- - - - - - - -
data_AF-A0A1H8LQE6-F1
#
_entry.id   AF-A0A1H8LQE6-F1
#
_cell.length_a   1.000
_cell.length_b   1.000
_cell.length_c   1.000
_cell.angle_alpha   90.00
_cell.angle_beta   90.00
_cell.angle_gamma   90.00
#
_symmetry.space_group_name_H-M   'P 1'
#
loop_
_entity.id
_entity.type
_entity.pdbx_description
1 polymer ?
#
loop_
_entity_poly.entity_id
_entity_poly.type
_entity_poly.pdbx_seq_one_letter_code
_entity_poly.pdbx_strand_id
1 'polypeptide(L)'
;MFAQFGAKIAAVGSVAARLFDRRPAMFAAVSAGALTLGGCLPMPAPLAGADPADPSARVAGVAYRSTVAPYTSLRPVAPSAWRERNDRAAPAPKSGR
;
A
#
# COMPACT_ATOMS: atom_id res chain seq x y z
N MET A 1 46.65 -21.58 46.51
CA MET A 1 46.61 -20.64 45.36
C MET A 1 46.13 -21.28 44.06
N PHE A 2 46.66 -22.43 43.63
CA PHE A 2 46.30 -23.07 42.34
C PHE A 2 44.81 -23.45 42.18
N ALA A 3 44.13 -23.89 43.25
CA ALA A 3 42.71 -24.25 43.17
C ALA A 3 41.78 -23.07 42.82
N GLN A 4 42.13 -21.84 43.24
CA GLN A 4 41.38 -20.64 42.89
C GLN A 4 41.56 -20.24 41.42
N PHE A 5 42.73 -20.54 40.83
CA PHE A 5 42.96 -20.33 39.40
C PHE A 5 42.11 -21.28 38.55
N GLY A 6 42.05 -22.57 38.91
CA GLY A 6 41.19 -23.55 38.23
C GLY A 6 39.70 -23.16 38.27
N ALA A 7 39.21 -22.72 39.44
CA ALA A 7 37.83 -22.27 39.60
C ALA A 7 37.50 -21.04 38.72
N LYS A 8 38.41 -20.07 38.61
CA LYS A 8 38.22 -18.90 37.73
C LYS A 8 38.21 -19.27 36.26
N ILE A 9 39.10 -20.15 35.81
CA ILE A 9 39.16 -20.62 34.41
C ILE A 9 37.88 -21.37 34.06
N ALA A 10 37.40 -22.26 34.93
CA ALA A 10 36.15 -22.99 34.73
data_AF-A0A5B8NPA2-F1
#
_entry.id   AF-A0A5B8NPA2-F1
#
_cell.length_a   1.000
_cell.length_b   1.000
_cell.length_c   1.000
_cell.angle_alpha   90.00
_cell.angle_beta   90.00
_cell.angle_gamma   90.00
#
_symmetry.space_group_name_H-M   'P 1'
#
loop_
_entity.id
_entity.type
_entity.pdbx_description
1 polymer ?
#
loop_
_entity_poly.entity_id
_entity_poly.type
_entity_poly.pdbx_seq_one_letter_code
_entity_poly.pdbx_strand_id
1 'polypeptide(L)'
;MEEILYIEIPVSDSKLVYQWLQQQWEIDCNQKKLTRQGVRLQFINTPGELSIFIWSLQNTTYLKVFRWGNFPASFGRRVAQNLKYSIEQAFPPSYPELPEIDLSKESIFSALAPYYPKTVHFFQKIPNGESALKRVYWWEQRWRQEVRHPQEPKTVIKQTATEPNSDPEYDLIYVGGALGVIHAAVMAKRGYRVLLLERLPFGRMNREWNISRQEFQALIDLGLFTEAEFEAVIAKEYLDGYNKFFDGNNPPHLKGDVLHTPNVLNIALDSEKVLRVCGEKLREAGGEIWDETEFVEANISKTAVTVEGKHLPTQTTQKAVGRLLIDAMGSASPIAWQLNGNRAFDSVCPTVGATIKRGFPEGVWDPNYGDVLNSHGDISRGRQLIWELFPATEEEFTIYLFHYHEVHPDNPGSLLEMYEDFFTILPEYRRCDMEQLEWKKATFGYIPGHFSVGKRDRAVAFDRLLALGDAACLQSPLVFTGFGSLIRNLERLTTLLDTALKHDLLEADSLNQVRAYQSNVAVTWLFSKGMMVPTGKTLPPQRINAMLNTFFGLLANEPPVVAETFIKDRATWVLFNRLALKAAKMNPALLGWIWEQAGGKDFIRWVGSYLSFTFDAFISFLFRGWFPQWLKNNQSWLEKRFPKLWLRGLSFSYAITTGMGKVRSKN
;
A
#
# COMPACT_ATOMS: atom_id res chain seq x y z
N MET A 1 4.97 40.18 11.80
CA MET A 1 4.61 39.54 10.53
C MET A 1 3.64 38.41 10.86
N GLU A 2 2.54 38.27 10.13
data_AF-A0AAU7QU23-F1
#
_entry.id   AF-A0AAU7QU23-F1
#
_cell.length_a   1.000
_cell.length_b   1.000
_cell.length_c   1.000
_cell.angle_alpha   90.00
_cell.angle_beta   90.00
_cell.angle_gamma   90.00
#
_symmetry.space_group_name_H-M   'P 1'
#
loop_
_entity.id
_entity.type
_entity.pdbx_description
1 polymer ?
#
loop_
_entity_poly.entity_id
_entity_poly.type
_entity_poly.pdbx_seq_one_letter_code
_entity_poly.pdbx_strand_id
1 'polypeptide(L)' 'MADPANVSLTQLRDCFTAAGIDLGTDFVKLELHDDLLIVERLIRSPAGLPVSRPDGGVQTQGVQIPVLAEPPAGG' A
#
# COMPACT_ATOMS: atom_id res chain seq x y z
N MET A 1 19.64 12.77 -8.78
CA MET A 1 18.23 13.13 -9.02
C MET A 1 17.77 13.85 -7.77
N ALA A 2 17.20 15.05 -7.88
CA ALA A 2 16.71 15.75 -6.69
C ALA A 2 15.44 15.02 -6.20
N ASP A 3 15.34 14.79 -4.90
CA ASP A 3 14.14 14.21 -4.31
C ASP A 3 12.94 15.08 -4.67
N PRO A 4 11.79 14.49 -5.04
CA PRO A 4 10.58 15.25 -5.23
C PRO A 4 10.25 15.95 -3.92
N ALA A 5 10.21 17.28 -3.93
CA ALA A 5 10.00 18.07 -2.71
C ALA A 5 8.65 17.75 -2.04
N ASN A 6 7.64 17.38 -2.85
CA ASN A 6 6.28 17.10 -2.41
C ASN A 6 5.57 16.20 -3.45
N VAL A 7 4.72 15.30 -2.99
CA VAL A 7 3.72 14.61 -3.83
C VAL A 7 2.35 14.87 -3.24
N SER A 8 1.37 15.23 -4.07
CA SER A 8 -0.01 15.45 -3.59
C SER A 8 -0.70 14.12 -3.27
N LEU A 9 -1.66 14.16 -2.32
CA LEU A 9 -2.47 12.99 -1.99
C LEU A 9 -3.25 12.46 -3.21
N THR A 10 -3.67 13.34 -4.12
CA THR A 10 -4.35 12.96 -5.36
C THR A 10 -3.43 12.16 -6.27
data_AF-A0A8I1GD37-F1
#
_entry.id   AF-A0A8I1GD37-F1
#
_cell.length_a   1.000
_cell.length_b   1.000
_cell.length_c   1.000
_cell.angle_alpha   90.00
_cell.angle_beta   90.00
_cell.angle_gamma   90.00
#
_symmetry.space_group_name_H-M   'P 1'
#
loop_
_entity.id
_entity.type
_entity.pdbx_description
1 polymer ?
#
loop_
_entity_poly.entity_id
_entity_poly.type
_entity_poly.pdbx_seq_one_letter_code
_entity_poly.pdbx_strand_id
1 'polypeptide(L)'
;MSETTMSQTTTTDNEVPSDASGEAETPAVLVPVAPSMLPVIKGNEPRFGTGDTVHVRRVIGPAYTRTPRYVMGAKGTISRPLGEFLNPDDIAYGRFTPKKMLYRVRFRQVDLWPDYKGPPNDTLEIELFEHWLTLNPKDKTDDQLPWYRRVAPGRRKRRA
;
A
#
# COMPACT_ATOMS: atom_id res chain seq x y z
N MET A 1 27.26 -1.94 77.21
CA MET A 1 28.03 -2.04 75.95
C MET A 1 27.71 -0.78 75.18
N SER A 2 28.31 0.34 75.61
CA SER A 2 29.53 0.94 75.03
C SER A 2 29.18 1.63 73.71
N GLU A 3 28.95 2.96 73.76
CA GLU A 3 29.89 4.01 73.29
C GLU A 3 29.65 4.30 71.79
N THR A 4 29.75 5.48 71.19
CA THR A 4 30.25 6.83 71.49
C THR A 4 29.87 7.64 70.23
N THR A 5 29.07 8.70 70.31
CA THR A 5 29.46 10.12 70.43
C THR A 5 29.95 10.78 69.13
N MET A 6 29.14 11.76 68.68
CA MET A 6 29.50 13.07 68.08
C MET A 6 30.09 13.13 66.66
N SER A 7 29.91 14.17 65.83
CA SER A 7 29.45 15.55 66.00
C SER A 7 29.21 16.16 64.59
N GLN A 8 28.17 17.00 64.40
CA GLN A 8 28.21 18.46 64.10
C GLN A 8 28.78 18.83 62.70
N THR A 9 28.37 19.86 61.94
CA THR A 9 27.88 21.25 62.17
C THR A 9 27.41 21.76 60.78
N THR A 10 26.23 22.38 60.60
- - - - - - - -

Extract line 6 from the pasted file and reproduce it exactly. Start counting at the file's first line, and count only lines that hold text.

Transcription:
_cell.length_b   1.000